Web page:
Mercury’s Magnetic Field Kicked In Early, Study Shows

This image obtained from NASA on April 30, 2015 shows the surface of Mercury in one of the last images taken by the messenger spacecraft on April 29. (AFP Photo/Handout/NASA/Johns Hopkins University Applied Physics Laboratory/Carnegie Institution of Washington)

By : Irene Klotz | on 2:45 PM May 08, 2015
Category : International, World

Cape Canaveral, Florida. New results from NASA’s now-defunct Messenger spacecraft show Mercury’s magnetic field switched on about 4 billion years ago, scientists said on Thursday.

Messenger spent four years orbiting Mercury before it ran out of fuel and crashed into the planet’s surface on April 30.

For several months before then, however, it flew closer and closer to the ground, relaying unprecedented pictures and details about the solar system’s innermost planet.

It was during several of these low-altitude passes that Messenger detected traces of magnetization in an ancient part of the planet’s crust, telltale fingerprints of a global magnetic field, a study published in this week’s issue of the journal Science shows.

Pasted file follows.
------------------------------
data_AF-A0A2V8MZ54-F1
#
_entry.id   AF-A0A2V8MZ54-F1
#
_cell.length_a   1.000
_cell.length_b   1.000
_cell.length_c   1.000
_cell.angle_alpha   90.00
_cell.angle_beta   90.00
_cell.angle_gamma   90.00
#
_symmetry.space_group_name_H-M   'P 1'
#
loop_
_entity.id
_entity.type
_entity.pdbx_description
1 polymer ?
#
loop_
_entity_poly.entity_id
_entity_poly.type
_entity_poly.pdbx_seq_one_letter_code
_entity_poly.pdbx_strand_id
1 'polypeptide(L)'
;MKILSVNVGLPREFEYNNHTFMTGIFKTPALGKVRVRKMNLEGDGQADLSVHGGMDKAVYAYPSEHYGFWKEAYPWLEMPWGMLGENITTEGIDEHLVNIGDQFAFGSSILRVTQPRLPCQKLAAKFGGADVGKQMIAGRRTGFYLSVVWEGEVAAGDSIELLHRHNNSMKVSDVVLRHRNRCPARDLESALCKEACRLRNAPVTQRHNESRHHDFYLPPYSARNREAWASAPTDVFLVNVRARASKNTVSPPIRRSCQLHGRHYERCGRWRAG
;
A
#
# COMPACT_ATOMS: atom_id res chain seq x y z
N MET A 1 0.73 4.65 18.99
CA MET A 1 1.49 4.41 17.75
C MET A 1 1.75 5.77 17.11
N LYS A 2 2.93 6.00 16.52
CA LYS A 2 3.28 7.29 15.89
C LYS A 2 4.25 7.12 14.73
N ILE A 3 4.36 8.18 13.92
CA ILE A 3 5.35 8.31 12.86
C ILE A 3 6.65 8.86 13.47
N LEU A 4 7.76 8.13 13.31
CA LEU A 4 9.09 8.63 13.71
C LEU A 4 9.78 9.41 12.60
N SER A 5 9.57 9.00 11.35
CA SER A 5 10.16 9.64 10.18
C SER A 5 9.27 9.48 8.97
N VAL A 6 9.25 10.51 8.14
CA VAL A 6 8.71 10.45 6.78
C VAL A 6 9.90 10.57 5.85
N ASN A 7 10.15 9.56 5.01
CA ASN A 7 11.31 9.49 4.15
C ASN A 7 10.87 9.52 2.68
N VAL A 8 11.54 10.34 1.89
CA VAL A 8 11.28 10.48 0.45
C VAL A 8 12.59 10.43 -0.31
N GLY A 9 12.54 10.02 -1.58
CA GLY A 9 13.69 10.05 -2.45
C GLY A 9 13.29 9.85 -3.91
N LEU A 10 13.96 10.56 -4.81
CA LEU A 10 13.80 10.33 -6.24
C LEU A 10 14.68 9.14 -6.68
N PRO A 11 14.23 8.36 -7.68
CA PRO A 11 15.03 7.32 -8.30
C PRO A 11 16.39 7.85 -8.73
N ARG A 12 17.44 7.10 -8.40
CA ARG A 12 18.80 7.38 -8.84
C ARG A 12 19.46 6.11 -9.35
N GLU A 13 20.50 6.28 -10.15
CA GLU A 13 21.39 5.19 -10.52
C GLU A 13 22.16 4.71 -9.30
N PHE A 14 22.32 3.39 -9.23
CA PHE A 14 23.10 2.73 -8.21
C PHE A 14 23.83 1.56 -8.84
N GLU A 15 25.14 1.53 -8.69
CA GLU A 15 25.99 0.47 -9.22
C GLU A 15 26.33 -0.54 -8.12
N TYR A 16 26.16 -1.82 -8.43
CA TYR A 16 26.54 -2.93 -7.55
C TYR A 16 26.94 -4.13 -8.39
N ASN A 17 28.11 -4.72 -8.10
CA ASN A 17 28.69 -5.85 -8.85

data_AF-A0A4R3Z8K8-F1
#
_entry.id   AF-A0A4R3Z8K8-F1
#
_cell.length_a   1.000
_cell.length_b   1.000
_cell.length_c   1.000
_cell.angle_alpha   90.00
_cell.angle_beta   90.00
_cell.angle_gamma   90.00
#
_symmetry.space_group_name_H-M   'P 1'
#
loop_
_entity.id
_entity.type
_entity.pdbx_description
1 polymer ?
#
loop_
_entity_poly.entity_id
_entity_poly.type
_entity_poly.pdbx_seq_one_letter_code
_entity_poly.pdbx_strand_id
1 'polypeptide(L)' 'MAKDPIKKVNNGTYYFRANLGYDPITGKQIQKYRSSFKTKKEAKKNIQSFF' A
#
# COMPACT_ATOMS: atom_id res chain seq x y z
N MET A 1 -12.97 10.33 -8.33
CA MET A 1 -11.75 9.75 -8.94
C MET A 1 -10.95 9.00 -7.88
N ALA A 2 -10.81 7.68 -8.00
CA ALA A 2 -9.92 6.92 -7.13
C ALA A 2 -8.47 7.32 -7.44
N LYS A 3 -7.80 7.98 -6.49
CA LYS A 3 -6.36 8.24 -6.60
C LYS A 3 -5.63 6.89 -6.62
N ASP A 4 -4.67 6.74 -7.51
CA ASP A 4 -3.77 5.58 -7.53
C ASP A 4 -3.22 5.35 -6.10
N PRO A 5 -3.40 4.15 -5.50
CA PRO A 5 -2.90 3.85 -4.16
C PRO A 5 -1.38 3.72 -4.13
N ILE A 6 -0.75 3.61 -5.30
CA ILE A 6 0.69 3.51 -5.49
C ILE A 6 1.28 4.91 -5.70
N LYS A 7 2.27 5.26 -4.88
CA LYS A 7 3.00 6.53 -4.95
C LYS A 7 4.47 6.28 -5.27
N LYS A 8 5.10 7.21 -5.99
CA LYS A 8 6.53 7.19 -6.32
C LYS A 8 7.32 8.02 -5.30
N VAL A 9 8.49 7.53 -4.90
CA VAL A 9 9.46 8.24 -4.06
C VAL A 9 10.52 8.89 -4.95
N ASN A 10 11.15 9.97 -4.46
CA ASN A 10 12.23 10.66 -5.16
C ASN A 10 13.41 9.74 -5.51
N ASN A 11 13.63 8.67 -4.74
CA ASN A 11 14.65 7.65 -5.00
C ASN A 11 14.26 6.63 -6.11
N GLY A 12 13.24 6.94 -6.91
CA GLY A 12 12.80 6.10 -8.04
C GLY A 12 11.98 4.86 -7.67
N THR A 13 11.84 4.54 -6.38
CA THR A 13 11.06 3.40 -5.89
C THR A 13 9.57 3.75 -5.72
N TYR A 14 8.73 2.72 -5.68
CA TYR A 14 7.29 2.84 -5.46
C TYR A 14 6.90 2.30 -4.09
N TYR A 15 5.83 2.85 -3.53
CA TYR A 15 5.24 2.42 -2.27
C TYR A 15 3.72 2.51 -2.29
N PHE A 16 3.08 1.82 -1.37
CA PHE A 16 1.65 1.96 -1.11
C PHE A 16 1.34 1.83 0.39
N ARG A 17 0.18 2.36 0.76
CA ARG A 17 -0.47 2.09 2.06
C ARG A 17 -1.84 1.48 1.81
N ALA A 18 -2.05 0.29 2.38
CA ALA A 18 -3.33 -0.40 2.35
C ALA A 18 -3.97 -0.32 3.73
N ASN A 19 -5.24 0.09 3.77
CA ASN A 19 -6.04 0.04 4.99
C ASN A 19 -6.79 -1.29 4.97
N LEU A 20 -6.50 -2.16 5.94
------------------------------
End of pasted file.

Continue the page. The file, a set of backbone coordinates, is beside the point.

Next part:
The field may have been 100 times more powerful than what Mercury has today, said lead researcher Catherine Johnson, with the University of British Columbia in Vancouver.

More data and analysis is needed to determine if Mercury’s magnetic field operated continuously for the past 4 billion years or so, or if it was turned off and then restarted at some point, she added.

Like Earth, Mercury’s magnetic field stems from what is called a dynamo - the motion of electrically conductive molten iron deep in the planet’s core.

But how tiny Mercury has managed to sustain the process is a mystery.

With a diameter of just 4,879 kilometers, or about one-third bigger than the moon, Mercury’s core should have cooled and solidified long ago, computer models show.

The finding should help scientists ferret out more details about Mercury’s history, as well as illuminate how planets beyond the solar system could form and sustain protective magnetic shields.

Reuters

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